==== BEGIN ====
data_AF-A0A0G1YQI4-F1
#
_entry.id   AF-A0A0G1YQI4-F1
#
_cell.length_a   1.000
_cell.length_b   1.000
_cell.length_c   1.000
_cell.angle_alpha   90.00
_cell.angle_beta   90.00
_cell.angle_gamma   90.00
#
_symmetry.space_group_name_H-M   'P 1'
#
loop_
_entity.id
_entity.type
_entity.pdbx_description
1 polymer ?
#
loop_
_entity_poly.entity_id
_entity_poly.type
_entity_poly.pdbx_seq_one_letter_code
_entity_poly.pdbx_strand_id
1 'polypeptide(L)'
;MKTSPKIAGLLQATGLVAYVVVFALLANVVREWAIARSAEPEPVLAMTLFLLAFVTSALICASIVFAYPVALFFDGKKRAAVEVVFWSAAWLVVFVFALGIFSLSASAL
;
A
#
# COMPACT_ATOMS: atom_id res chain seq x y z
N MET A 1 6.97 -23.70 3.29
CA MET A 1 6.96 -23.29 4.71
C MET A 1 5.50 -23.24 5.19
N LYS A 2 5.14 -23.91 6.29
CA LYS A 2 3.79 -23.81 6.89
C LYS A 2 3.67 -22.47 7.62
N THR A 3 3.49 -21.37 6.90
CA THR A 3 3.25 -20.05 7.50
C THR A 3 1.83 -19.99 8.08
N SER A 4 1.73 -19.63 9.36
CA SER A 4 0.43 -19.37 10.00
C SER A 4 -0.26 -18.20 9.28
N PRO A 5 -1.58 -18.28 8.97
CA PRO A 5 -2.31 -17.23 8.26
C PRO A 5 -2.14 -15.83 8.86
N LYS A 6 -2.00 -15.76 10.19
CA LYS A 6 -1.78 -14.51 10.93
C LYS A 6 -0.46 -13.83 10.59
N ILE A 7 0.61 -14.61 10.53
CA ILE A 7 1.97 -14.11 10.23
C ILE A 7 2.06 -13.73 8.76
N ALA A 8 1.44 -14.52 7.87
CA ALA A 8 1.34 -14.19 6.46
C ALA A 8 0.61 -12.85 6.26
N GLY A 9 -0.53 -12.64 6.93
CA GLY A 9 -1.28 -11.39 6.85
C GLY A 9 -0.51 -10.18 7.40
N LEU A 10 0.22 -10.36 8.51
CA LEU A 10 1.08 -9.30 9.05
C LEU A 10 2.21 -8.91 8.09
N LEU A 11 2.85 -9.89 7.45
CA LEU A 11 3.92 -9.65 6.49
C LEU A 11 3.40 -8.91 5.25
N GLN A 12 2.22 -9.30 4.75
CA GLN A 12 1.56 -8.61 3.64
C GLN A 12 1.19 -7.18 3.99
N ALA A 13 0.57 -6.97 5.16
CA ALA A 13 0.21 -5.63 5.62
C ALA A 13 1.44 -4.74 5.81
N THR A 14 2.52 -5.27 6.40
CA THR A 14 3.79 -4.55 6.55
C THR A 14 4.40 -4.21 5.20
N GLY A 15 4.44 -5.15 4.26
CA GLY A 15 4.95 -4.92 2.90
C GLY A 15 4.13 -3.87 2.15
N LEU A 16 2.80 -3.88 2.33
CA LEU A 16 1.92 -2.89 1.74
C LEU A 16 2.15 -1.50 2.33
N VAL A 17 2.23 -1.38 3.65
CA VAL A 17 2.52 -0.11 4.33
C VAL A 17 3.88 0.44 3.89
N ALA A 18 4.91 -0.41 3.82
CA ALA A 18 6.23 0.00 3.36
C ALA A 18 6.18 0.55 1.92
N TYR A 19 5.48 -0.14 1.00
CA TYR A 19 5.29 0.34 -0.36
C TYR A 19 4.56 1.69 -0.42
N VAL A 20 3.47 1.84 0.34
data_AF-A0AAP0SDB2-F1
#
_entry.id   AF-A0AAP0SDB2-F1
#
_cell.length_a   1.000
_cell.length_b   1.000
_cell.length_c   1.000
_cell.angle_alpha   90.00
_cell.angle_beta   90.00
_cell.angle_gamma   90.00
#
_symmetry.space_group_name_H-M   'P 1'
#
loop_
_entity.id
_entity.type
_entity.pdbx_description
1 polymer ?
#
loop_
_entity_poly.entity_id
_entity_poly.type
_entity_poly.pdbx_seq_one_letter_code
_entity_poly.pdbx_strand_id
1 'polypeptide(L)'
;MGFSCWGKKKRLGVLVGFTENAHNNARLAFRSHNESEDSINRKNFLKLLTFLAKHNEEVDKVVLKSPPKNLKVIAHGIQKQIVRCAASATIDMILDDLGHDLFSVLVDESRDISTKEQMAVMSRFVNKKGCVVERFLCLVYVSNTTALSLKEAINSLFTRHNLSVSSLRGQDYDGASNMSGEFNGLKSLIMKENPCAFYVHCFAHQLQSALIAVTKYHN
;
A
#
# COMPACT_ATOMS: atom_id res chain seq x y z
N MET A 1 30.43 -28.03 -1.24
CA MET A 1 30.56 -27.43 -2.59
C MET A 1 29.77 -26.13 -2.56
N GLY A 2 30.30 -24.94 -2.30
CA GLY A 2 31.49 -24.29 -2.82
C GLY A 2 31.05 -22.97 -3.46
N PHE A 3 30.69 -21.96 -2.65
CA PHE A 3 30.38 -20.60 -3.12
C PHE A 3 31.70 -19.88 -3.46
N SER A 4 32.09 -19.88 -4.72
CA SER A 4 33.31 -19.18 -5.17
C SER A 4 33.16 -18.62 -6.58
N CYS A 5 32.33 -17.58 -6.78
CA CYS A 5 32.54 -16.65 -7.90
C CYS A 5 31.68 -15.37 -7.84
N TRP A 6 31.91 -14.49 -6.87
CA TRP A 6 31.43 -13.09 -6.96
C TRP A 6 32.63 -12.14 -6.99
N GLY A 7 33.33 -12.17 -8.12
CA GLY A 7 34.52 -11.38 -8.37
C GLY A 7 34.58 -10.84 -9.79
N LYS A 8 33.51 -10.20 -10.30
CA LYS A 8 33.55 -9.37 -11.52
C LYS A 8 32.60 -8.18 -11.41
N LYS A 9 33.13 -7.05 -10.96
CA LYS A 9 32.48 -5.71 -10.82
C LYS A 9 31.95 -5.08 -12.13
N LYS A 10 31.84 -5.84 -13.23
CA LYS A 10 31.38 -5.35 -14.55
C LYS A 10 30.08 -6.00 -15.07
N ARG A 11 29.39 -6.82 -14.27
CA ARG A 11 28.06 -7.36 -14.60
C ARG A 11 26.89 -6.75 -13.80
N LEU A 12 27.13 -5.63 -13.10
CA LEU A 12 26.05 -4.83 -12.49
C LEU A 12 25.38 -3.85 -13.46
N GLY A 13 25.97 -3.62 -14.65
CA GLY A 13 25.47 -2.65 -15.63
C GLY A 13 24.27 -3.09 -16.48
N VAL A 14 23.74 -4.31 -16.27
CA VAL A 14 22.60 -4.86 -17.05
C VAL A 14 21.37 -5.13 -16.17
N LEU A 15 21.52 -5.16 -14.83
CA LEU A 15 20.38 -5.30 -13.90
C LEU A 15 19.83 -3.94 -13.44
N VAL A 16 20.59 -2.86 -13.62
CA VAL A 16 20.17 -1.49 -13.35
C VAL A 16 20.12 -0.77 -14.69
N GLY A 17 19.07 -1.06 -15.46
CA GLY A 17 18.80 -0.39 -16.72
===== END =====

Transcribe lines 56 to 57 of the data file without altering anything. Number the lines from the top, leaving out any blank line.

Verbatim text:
CA GLY A 9 -1.28 -11.39 6.85
C GLY A 9 -0.51 -10.18 7.40